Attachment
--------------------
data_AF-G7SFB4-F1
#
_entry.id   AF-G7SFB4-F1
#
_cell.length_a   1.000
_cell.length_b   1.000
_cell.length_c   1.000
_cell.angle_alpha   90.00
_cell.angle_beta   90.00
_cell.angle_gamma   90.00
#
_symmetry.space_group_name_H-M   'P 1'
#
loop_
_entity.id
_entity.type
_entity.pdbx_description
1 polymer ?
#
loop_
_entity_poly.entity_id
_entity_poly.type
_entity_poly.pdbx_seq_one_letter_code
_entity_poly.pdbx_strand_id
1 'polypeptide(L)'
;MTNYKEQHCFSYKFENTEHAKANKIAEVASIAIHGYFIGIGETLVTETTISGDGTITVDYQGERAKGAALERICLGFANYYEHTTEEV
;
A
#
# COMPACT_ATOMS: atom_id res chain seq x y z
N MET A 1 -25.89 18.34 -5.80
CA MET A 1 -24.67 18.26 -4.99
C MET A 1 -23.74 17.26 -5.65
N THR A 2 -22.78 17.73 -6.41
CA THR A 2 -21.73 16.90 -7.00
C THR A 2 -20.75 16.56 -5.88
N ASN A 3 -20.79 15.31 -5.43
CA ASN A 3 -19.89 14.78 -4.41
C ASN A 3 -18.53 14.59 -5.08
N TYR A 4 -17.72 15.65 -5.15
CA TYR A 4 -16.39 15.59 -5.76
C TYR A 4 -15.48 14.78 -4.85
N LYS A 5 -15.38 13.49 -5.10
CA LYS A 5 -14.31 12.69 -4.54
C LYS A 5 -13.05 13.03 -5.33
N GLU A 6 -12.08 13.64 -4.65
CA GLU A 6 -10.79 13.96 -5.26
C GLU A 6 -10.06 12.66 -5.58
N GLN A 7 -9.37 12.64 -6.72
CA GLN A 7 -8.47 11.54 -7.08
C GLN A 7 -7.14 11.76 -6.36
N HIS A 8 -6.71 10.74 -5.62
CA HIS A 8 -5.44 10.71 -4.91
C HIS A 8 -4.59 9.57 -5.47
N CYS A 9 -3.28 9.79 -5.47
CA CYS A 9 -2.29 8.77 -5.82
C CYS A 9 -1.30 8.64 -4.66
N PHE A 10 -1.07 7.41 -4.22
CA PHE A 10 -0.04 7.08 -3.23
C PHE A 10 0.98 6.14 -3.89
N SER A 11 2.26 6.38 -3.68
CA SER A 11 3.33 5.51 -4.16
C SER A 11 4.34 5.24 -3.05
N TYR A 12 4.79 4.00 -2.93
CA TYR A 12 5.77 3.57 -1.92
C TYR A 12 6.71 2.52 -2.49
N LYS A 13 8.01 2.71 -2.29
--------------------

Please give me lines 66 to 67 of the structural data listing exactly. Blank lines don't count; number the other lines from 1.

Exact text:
C TYR A 12 6.71 2.52 -2.49
N LYS A 13 8.01 2.71 -2.29